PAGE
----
Clinical audit compares practice with guidelines. It investigates whether processes are being carried out correctly and helps to identify reasons for failure. Clinical audit does not create new knowledge and it is based on the comparison of practice against standards. It is usually small scale over a short time period and results are usually relevant to the local area in which it is performed.
Useful information on clinical audit is available in a series of leaflets produced by NHS Blood and Transplant (NHSBT):
- Quick Guide to Clinical Audit in NHSBT
- The Difference between Clinical Audit and Research
- How to identify Clinical Audit Topics
- Clinical Audit Ethics and Confidentiality
- How to Set Aims and Objectives
- How to Develop Audit Standards
- How to Select an Audit Sample
- How to Collect Clinical Audit Data
- How to Analyse Clinical Audit Data
- How to Present Clinical Audit Data
- How to Improve Practice Through Change
These leaflets are available at hospital.blood.co.uk/library/Publications/index.asp
A definition of Clinical Audit
"Clinical Audit is a quality improvement process that seeks to improve patient care and outcomes through systematic review (of the structure, process and outcomes) of care against explicit criteria and the implementation of change..."
National Institute of Clinical Excellence 2002
National Comparative Audit of Blood Transfusion
This is a programme of high-profile clinical audits that aims to look at the quality of the administration of blood to patients, and also at the practice of prescribing blood and blood components. Each year NHS Blood and Transplant, in collaboration with the Royal College of Physicians, sets out a programme of national audits which hospitals are invited to participate in. Following analysis of the data collected, the national results (hospitals anonymised) are published along with any recommendations. In addition, each participating hospital is given their individual data results, so enabling more specific feedback to clinicians, thus tailoring recommendations on improving practice.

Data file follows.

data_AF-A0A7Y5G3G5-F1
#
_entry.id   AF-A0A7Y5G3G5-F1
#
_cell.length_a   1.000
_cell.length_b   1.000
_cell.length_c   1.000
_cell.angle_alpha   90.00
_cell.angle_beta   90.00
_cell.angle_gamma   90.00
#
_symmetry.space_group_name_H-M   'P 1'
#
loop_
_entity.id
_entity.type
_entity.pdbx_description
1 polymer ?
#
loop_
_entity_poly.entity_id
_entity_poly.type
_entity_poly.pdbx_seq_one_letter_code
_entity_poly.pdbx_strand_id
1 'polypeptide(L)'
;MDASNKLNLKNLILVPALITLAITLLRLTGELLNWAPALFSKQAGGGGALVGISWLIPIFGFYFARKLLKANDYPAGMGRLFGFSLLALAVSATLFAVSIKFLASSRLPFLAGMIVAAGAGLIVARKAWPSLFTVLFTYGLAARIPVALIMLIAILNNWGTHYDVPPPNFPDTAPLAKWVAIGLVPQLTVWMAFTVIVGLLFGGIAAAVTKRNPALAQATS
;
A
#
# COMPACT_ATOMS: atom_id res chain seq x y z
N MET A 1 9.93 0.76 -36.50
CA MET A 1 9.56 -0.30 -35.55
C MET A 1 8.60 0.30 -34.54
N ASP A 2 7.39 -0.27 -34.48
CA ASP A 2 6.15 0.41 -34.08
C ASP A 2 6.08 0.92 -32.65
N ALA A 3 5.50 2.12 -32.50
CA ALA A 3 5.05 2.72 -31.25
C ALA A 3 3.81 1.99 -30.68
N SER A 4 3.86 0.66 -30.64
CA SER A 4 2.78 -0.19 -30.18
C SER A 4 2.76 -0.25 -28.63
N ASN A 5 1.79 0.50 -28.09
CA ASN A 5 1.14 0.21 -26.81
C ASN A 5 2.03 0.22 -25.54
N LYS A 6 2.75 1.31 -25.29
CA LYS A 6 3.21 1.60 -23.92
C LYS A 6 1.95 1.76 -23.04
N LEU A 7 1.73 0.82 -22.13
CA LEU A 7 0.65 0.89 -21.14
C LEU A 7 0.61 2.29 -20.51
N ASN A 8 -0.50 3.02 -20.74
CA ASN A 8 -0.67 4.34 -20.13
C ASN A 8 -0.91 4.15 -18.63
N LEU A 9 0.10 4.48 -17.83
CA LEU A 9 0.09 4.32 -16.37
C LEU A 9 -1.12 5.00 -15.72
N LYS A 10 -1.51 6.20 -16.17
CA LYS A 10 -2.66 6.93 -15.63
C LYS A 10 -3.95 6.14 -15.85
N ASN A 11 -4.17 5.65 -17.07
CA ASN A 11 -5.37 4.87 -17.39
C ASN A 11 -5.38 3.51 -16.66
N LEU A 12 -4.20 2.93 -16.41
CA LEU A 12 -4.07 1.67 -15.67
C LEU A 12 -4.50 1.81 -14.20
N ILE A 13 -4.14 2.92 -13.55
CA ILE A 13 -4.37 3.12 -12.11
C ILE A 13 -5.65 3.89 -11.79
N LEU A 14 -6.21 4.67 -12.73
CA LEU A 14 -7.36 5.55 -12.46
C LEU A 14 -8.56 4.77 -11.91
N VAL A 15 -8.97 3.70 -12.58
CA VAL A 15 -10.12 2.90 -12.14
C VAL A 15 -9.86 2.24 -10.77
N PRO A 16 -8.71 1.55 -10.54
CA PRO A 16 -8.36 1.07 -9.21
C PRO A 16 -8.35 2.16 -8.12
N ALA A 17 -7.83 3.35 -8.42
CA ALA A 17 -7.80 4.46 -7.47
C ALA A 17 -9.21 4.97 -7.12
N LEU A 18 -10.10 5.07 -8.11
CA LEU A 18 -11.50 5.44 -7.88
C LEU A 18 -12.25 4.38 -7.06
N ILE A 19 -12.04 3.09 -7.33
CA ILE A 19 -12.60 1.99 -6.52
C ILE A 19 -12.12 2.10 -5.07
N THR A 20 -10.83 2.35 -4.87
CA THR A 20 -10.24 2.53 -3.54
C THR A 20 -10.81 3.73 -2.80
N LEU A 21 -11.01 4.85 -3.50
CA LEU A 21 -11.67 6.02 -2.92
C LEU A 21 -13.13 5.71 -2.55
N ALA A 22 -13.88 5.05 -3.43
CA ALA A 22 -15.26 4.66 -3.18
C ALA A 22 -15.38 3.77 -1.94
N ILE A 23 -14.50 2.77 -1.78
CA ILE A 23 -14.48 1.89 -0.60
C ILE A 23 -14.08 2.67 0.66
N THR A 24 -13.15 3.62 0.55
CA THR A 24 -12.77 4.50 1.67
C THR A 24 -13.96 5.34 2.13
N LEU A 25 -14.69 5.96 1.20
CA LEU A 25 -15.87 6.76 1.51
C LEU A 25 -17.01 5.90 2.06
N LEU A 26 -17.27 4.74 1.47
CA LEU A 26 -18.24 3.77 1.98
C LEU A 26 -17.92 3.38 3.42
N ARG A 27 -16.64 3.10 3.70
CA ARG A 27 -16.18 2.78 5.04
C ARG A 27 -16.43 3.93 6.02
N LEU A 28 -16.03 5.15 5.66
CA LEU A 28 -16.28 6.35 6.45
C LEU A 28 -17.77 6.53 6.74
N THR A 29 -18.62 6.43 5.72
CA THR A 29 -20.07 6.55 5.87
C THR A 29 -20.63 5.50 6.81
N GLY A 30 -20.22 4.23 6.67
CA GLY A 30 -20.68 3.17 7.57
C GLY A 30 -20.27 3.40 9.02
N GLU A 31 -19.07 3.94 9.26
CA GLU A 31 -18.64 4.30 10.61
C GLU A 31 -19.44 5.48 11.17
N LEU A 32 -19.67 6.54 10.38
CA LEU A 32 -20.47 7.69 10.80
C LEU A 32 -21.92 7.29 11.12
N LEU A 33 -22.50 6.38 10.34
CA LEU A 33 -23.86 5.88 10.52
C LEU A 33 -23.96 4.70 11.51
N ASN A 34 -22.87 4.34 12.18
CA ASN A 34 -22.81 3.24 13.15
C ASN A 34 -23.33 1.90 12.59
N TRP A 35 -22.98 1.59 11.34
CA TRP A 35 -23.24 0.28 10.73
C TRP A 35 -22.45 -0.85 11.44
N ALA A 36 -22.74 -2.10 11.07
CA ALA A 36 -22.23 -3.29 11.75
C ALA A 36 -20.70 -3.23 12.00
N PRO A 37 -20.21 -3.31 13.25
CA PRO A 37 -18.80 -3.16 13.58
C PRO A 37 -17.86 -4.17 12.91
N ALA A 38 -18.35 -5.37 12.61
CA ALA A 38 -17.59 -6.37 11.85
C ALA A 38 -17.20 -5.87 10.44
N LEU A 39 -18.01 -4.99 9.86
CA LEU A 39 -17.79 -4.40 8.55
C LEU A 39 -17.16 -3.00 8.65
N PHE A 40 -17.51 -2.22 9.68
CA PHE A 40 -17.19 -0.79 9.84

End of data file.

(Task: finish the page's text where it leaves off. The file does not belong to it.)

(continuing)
To find out which audits are ongoing, which have been completed, to download reports and generally learn more go to: hospital.blood.co.uk/safe_use/clinical_audit/National_Comparative
BeST - Better Safer Transfusion
Better Safer Transfusion is the government programme for improving the quality of hospital transfusion care to patients in the state of Victoria, Australia. It involves regular audits that UK practitioners may be interested in. More information can be found at: www.health.vic.gov.au/best/audit
Blood Stocks Management Scheme
The Blood Stocks Management Scheme (BSMS) was developed in order to understand, and achieve improvements in, blood stock management. Established in 2001, hospitals and Blood Centres from England, Wales and Northern Ireland participate.
Read more at: www.bloodstocks.co.uk